Hello, and welcome to my new Guitar World column!
For this first entry, I’d like to discuss the way in which I approach using chords in conjunction with single notes in the formation of many of the riffs and guitar parts I write for Periphery and Haunted Shores.
In the past, most of my riff writing resulted in patterns built from single-note melodic lines. Once I began looking at alternative ways to inject chords into these single-note patterns, I discovered a whole new world of musical ideas, many of which have become staples of my approach to songwriting.
First off, I tune my guitar to drop-D, then additionally tune all six strings down a whole step (low to high, C G C F A D), so everything sounds a whole step lower than normal.
FIGURE 1 shows a single-note riff wherein an open sixth-string pedal tone is played against a simple melodic line fretted on the bottom two strings.
The figure is played with an eighth-note triplet feel, which means that the two eighth notes on each beat are played as if they were the first and third notes of an eighth-note triplet, resulting in a lopsided “dah-da” type rhythm. Occasionally, as on beat two of bar 2, I change up the rhythm so that the shorter eighth note (“da”) falls on the downbeat and the longer eighth note (“dah”) falls on the upbeat. Another slight twist in the riff comes via the insertion of an extra beat in bar 2, as indicated by the 5/4 time signature.
Now let’s transform this single-note idea into one that includes some dense chords. As shown in FIGURE 2, I begin with the same open-sixth-string pedal-tone figure, but then, instead of playing a single F note on beat 2, I play a five-note chord built on that note, which includes two D notes an octave apart, plus a high fretted A and the open high E string, and could be analyzed as Dm(add2)/F.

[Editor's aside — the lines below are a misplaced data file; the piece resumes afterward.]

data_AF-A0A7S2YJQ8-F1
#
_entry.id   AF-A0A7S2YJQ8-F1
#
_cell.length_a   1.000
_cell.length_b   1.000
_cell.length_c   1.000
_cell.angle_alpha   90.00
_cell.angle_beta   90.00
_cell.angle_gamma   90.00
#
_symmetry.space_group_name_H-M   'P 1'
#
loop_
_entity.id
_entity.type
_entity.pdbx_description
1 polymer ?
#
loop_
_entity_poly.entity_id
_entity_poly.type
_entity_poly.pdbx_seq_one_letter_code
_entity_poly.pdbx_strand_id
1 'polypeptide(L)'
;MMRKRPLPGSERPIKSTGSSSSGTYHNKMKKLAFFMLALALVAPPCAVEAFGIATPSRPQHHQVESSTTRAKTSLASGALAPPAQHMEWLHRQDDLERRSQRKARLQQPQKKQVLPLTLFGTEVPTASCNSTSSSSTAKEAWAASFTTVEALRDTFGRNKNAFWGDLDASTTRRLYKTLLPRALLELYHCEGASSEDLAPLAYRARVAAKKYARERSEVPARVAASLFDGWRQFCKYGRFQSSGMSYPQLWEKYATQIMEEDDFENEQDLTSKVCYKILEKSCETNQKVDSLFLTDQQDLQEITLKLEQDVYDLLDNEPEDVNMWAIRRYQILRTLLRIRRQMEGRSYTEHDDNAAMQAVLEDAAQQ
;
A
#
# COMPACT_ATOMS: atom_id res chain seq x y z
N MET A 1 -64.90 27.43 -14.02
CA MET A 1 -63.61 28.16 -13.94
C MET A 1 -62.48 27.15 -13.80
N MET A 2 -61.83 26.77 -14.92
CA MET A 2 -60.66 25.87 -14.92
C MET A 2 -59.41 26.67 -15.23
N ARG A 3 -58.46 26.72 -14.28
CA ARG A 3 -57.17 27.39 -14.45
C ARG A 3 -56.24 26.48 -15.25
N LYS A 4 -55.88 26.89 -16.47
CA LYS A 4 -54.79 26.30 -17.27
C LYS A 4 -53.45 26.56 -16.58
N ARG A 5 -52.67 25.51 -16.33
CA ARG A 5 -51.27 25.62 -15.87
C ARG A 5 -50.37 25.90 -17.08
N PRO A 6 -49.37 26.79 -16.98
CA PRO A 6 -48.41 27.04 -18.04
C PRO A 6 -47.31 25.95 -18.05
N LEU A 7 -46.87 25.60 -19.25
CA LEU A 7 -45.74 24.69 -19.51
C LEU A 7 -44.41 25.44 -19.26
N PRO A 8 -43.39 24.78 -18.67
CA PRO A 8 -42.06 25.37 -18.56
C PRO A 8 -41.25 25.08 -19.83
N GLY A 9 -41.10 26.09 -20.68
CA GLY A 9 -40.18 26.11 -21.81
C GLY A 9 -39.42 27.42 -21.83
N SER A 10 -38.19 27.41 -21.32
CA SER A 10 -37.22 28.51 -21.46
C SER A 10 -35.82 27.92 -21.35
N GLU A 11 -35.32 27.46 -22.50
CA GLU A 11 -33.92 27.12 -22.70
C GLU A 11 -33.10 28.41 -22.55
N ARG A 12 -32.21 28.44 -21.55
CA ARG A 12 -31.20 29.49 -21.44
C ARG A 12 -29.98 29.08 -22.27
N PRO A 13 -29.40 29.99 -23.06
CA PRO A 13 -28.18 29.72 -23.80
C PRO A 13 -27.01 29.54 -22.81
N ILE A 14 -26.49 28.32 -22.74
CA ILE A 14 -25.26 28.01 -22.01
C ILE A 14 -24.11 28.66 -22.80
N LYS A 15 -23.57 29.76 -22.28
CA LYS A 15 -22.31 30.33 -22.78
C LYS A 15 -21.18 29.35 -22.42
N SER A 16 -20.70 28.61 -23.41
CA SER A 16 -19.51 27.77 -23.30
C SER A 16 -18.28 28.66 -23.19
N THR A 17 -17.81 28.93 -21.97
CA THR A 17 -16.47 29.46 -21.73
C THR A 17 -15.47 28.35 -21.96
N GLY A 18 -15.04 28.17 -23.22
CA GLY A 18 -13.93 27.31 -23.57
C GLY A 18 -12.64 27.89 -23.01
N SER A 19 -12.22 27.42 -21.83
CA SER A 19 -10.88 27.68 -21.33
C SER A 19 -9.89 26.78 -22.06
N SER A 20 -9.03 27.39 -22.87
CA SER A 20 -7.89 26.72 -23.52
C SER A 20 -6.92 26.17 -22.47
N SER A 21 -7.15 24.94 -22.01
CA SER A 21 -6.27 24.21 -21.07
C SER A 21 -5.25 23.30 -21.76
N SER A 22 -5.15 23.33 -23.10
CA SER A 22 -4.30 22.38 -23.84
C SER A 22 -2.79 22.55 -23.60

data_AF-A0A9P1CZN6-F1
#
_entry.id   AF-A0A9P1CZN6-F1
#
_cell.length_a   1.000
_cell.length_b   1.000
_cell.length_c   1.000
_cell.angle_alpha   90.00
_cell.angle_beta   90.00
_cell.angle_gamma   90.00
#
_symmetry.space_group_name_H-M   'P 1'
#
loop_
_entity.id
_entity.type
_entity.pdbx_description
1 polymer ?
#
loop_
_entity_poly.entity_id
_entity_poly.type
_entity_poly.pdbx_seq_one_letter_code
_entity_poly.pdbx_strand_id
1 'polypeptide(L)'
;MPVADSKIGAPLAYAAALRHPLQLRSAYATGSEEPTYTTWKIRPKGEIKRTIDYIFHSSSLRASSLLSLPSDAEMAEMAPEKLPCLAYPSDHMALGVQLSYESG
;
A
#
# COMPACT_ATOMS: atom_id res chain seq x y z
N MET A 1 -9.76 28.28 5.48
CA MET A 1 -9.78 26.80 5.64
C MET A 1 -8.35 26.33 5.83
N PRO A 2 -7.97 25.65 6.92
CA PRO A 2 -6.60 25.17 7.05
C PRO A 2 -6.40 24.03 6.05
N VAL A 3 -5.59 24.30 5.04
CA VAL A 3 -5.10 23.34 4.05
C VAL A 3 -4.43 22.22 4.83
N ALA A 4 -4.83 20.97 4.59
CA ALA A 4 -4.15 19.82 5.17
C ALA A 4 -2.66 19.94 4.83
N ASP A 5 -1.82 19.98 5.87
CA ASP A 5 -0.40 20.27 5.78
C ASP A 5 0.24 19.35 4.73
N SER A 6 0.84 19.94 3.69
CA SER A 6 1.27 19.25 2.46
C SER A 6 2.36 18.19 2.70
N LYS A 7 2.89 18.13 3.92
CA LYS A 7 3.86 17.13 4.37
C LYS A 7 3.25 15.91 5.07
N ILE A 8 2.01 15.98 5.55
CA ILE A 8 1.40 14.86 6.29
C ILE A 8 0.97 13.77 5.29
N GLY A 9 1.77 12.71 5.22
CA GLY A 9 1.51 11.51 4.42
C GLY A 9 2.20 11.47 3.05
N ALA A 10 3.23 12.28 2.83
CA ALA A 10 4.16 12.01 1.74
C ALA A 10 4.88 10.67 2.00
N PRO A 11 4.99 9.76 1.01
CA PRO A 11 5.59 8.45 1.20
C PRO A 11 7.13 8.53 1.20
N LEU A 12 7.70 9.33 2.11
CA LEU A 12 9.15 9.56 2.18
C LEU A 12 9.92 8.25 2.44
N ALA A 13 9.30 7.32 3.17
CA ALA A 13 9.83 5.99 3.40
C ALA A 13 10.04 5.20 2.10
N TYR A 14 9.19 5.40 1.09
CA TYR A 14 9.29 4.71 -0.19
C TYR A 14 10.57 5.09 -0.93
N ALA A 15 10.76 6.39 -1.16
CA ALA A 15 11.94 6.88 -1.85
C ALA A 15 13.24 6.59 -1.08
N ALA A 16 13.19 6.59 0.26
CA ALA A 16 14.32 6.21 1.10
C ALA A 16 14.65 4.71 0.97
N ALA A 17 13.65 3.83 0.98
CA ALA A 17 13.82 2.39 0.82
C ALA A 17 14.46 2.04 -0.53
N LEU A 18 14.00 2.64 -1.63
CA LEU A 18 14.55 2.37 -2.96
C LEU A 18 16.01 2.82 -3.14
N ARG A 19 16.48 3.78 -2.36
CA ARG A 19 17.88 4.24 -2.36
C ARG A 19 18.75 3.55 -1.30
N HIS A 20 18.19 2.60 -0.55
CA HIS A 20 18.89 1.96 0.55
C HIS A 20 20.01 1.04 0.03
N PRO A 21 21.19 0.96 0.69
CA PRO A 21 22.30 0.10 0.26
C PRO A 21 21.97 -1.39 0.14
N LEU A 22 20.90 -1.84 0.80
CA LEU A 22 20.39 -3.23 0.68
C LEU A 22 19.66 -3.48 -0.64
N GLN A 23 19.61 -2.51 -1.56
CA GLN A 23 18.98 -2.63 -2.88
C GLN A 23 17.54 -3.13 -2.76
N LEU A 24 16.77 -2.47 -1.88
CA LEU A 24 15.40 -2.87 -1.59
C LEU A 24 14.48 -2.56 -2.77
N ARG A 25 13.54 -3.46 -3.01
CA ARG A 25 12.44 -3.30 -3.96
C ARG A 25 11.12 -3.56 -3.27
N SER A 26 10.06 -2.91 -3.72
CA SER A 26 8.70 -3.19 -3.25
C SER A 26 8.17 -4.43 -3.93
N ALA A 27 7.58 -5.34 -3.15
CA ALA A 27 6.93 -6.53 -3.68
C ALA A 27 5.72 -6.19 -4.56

On beats three and four, I swap out the D single notes from the original figure for a chord that may be analyzed as Dm(add2-4). On beats three and four of bar 2, I allude to the Bb and C single notes from FIGURE 1 with Bb5 and F5 double-stops (two-note chords) played in a higher octave. Bar 3 ends with a dense Dm(add4-9) chord voicing played across all six strings.
FIGURES 3 and 4 demonstrate ways in which I will typically build “stacked” voicings upon a foundational power chord to create richer, more complex harmony. Instead of playing a low A5 chord, I will often instead use a “spread” voicing across all six strings to create chords like Am7add2, as shown in FIGURE 3, or Am9, as in FIGURE 4. As you can see, drop-D tuning lends itself well to this approach.
FIGURE 5 offers a longer example built from a series of thick-sounding chords such as these. The initial Am7add2 chord in bar 1 gives way in bar 3 to higher A7(no3) and C5 voicings, followed in bar 4 by strummed G5 chords and then an unpredictable single-note figure that describes an Fmaj9 sound. The figure ends with some legato hammer-ons and finger slides, used to create a smooth, slippery sound.